Japan Times on May 24 2009 new IC Chip Gaijin Card protest


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Hi Blog. Got a call from friends Aly and Yumi yesterday, right after they attended the protest against the new proposed IC-Chipped Gaijin Cards, who told me the vibe was great and inspiring of future public action.

Here’s how it turned out in the Japan Times.  It was the most read article this morning. If you see any more articles, please feel free to include them in the Comments section below with text and links. Thanks. Debito in Sapporo


Opponents of change to immigration law fear loss of privacy, other human rights violations
The Japan Times Monday, May 25, 2009 (excerpt)

Staff writer

More than 200 people rallied in Tokyo’s Shinbashi district Sunday to protest government-sponsored immigration bills they claim would violate the privacy of foreign residents and strengthen government control over them.

The protesters say the proposed system would allow the government to punish non-Japanese who fail to properly report their personal information, and could even make it possible for immigration authorities to arbitrarily revoke their visas.

The bills now before the Diet “would jeopardize the residency right and right of life (for foreign residents). Therefore, we strongly oppose the bills,” said Nobuyuki Sato of Research-Action Institute for the Koreans in Japan, one of the organizers of the protest rally and a meeting on the proposed legal changes…

Rest of the article at


9 comments on “Japan Times on May 24 2009 new IC Chip Gaijin Card protest

  • The protest was for a good cause. However, as a realist, unless it makes the Japanese [language] news and stirs real debate with those who can actually do something about it, I fear it will have fallen on deaf ears.

    — Of course. But that’s Monday-morning Quarterbacking, and not something we could have seen the results of until now.

    We did what we could. Now let’s see if it catches fire. Fingers crossed.

  • Hi there, I found this article on Japan Today


    It was good fun, met nice people, and such a nice occasion to wear my special T-Shirt (although slightly off-topic)!


    Foreign residents rally against bills to revise immigration law
    Kyodo News/Japan Today
    Monday 25th May, 06:35 AM JST

    TOKYO —
    About 250 foreign residents in Japan and their supporters marched through downtown Tokyo on Sunday to protest against bills to revise the immigration law, claiming the revision is intended to tighten controls on them. The demonstrators shouted ‘‘no’’ to the immigration law reform, which is currently being deliberated in the Diet, as they took to the streets following a rally in the Shimbashi district. They accused lawmakers of not hearing their opinions and aired concerns that the revision could increase their burdens and violate their privacy.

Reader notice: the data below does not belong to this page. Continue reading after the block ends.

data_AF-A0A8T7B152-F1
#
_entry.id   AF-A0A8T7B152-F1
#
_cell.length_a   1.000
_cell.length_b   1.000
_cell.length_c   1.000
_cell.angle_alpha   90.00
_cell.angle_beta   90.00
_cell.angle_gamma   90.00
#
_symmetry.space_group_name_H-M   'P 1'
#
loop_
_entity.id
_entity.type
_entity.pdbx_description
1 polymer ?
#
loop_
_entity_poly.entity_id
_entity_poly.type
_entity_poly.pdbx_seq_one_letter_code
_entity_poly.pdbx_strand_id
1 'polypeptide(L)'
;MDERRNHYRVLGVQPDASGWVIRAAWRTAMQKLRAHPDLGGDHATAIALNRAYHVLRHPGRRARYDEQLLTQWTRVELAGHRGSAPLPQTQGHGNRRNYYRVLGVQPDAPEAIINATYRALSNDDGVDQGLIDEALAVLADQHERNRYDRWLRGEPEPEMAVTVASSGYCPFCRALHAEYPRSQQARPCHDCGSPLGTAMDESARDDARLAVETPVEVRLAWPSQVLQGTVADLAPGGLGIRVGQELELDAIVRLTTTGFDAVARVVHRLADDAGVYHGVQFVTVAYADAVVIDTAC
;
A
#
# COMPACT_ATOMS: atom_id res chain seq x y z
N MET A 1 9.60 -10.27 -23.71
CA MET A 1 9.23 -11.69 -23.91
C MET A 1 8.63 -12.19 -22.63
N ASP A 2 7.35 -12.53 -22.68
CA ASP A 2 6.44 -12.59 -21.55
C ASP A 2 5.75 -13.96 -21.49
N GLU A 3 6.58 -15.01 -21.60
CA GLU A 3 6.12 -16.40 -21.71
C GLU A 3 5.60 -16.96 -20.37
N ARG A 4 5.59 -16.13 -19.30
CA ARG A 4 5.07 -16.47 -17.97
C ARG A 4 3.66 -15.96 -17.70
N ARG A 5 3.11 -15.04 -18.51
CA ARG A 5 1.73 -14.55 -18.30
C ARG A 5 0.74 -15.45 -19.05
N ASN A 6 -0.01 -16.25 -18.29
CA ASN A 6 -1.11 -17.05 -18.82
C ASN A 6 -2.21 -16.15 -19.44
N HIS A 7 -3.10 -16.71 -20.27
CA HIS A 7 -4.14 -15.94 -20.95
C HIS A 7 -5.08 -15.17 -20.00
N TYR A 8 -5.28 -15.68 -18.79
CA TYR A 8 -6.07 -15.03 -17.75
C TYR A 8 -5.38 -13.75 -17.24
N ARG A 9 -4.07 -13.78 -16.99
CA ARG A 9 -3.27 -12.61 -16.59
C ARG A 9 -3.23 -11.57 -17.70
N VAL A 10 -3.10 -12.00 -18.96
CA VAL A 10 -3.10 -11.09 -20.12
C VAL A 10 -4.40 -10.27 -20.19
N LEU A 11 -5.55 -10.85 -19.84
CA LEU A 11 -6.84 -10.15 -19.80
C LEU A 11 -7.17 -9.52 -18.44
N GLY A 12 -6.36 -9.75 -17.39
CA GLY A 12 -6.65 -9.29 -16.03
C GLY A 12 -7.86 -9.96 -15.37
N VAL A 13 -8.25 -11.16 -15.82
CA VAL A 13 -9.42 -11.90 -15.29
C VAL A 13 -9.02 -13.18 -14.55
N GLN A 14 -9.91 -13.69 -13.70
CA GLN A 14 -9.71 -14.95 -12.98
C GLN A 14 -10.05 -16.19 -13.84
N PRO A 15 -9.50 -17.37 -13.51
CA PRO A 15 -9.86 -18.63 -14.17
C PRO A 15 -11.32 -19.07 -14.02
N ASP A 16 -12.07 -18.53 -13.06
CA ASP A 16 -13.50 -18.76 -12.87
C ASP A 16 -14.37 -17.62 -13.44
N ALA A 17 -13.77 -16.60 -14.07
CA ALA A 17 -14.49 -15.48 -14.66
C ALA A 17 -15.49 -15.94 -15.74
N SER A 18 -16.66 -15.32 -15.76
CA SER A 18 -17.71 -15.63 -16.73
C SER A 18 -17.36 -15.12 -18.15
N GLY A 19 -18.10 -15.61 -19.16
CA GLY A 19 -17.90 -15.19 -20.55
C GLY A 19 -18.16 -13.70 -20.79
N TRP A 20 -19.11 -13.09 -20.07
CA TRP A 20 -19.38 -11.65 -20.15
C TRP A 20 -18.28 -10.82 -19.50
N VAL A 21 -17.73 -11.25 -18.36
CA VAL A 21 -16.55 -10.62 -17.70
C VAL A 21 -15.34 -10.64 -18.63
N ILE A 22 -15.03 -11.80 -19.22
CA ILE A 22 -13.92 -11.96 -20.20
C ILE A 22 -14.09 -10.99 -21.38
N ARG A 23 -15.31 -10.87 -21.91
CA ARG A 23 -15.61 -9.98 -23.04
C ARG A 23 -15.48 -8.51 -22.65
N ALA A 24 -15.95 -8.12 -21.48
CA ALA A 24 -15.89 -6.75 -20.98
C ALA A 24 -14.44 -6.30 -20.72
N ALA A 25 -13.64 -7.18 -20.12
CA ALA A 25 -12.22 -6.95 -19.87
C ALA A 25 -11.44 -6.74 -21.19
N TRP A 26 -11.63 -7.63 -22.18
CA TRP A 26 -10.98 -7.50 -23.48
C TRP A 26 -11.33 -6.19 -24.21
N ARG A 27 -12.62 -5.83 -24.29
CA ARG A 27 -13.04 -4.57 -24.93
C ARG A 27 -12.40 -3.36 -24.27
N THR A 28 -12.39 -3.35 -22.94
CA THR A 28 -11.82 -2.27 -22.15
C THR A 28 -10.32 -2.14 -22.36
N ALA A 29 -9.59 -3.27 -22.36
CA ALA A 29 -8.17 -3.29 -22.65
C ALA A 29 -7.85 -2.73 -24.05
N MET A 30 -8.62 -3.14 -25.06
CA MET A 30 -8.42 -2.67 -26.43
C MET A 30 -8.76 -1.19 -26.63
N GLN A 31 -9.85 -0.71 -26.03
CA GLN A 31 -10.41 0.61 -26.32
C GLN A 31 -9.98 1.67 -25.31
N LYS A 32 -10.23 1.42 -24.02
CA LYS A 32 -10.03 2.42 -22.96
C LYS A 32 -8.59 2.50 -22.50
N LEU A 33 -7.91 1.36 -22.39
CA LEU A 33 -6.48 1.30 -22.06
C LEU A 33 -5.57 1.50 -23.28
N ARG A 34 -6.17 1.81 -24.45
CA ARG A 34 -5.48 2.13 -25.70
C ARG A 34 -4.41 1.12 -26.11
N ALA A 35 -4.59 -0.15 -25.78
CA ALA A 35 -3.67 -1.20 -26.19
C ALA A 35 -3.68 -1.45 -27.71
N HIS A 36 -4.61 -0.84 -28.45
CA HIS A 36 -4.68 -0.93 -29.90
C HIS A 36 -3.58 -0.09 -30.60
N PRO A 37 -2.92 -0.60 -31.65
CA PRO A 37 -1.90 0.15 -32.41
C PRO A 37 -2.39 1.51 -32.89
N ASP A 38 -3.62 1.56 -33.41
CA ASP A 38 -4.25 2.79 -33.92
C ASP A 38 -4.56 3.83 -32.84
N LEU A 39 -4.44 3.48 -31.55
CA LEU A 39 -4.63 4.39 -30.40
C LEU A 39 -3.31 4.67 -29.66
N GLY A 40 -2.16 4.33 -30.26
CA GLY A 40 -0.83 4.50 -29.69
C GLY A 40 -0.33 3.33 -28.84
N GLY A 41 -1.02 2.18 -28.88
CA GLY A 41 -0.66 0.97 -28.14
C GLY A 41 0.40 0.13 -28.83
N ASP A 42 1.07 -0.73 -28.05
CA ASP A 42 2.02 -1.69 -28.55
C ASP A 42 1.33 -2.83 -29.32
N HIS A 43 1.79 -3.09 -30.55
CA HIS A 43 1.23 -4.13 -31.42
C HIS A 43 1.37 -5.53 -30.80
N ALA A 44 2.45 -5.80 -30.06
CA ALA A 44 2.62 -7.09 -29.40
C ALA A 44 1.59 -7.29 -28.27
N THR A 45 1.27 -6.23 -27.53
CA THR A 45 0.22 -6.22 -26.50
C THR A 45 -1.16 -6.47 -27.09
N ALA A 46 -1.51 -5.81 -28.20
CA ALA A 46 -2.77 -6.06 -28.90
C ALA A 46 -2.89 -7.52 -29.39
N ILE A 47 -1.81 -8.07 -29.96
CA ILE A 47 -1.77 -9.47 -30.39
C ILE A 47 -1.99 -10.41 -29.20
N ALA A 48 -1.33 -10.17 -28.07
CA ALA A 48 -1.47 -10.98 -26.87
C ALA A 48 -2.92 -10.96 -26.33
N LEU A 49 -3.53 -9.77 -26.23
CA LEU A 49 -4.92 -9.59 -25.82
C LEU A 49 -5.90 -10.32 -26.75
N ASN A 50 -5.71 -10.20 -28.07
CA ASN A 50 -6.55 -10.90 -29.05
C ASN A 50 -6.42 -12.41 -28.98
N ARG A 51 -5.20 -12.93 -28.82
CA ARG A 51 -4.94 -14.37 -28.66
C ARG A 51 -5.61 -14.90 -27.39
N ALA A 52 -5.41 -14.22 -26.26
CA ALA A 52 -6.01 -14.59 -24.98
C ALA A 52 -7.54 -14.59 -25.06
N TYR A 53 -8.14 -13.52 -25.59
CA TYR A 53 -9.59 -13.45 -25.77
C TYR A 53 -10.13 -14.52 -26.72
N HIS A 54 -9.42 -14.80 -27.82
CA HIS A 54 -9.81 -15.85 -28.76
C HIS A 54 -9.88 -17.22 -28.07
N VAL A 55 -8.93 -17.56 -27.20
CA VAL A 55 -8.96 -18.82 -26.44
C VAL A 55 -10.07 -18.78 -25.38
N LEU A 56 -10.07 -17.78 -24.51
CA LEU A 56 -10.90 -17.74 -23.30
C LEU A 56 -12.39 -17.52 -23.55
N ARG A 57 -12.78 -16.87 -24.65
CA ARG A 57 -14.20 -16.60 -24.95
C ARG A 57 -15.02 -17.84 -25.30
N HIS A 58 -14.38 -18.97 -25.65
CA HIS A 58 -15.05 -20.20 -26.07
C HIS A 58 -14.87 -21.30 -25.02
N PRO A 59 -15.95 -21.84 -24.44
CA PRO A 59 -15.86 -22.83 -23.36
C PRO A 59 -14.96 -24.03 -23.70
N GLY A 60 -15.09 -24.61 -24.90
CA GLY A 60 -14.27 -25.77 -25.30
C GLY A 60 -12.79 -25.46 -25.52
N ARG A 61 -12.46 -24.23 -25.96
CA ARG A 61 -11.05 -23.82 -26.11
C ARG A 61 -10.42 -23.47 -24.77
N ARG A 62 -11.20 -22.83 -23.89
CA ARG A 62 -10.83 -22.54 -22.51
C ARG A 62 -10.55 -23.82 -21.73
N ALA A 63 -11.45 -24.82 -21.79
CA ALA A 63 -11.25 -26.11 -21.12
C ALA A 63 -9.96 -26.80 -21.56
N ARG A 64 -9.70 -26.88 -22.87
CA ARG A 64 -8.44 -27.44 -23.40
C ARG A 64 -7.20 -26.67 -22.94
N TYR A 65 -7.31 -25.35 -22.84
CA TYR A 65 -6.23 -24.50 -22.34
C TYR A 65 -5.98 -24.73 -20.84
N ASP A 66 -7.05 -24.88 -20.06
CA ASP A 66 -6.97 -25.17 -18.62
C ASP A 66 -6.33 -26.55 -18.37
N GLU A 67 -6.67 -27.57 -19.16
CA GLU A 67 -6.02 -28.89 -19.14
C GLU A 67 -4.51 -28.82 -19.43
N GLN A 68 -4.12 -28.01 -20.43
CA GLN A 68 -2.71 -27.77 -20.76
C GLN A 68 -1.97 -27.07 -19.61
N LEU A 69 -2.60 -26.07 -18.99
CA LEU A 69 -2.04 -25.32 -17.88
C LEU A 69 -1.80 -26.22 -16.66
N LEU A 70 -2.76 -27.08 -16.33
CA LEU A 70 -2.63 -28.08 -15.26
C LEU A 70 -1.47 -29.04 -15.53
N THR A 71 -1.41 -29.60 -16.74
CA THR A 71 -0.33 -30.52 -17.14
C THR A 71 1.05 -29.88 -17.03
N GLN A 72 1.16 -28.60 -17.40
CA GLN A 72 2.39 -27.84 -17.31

The immigration law revision, which has been discussed by the Judicial Affairs Committee of the House of Representatives since April 24, would abolish the alien registration card that local municipalities currently issue, and instead require the central government to issue a new residency card to foreigners who stay in Japan longer than three months.

    The move is aimed at unifying administrative work concerning foreigners into a single task undertaken by the central government, and stepping up measures against foreigners who stay in Japan illegally.

    At the rally, participants called for withdrawal of the proposed law revision in a joint statement, saying the amendment would enable authorities to impose criminal penalties or cancel visa status for foreigners who fail to provide notification of any change in their addresses or institutions to which they belong, such as companies and schools.

    They also oppose the law revision since personal information related to foreign residents—such as job status, Japanese language skills and tax payment records—will be gathered by the Justice Ministry in a centralized system.

    ‘‘Such a system of strict control ignores the reality of foreigners’ life and residence, and allows for arbitrary annulment or non-renewal of visas by the Ministry of Justice,’’ the rally participants said in the statement.

    Xu Cuizhen, a Chinese resident in Osaka, told the gathering, ‘‘I’m infuriated. The Japanese government will never stop regarding us as targets to ostracize,’’ adding that she wanted the bills to be scrapped.